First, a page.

Tooth Nerve and Root Canals
The supposed purpose of a root canal is to cure the tooth infection in order to prevent the tooth from extraction. A tooth infection is painful because the nerve in the tooth becomes irritated. The nerve in your tooth goes through your jaw and is connected to the middle of your brain through the trigeminal nerve.
What is a Tooth Nerve?
The tooth nerve is located in the middle of the tooth. Next to the nerve in the pulp are tooth-building cells, tooth-destroying cells, blood and lymph fluids. A tooth infection is also known as a tooth abscess or root abscess. Due to a large cavity, or imbalanced bite pressures, the nerve eventually becomes inflamed. The pus-filled toxic substance drains around the nerve and causes the nerve to begin to die.
Tooth With Infected Nerve
Sometimes tooth infections are caused or irritated by gum infections. Many times root canals are unnecessary. You will want to clean your gums well for several days with the blotting method to make sure you do not have a gum infection.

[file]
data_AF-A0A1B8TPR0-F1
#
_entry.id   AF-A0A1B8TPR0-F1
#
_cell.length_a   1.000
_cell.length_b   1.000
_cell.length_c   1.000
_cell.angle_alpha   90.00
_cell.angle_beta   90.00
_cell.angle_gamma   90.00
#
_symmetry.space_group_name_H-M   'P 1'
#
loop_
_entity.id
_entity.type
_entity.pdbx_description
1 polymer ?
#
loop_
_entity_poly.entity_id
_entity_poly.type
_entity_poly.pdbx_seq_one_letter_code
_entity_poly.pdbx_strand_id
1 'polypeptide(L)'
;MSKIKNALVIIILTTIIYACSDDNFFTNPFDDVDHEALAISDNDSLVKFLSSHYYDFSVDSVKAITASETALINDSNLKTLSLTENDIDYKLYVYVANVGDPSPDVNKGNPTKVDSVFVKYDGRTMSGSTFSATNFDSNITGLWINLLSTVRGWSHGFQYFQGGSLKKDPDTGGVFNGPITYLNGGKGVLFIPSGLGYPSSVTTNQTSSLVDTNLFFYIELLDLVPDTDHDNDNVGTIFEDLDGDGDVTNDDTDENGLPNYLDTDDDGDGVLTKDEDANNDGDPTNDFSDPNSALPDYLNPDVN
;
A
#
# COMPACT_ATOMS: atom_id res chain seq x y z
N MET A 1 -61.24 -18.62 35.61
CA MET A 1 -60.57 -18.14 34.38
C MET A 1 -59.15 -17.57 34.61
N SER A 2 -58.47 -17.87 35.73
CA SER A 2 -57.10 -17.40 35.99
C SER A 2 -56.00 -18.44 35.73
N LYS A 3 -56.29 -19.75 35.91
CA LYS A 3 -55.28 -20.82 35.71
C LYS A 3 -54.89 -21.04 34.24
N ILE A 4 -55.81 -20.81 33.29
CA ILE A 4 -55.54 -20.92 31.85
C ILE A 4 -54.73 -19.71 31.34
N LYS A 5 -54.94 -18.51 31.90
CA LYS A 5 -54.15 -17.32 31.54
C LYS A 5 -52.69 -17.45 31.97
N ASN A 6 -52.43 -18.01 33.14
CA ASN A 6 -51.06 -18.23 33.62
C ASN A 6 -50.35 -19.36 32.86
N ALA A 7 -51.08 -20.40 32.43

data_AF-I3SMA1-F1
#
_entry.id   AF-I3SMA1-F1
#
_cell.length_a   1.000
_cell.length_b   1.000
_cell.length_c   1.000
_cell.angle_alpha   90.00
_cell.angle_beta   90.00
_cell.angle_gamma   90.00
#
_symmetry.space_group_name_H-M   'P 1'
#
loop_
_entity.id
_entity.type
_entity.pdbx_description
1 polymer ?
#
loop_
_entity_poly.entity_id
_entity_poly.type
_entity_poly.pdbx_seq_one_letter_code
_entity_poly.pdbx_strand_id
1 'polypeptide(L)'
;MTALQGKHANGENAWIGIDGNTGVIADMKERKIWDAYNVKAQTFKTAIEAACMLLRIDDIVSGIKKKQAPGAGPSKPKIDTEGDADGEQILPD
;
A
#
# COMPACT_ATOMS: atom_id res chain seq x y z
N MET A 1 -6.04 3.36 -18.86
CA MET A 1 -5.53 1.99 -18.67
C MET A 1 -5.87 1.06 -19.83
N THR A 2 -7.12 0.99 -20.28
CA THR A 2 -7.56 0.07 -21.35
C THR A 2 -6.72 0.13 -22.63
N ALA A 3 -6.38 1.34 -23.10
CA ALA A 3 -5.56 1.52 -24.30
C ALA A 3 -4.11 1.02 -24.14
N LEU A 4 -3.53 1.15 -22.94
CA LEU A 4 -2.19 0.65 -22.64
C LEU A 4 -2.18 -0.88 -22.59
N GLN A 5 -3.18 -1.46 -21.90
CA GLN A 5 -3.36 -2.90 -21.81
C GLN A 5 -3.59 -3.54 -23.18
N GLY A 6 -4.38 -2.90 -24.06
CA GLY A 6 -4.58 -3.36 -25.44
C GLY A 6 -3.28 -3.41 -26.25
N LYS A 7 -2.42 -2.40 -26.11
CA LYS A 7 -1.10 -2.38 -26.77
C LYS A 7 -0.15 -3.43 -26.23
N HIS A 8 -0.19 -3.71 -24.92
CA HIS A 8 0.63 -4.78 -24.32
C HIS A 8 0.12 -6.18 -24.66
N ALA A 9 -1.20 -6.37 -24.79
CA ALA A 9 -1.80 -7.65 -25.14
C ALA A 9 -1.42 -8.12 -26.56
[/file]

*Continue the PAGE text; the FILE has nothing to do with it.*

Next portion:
Symptoms of a Tooth Infection
- Severe, continuous pain
- Gnawing or throbbing pain
- Sharp or shooting pain
- Pain when chewing
- Sensitivity of the teeth to hot or cold
- Bitter taste in the mouth
- Breath odor
- Possible fever
- Swollen glands of the neck
- General discomfort, uneasiness, or ill feeling
- Swollen area of the upper or lower jaw -- a very serious symptom
Learn how to keep your teeth strong so they won't get infected by reading the book "Cure Tooth Decay."
Other people have learned the secrets to stopping cavities with the published book Cure Tooth Decay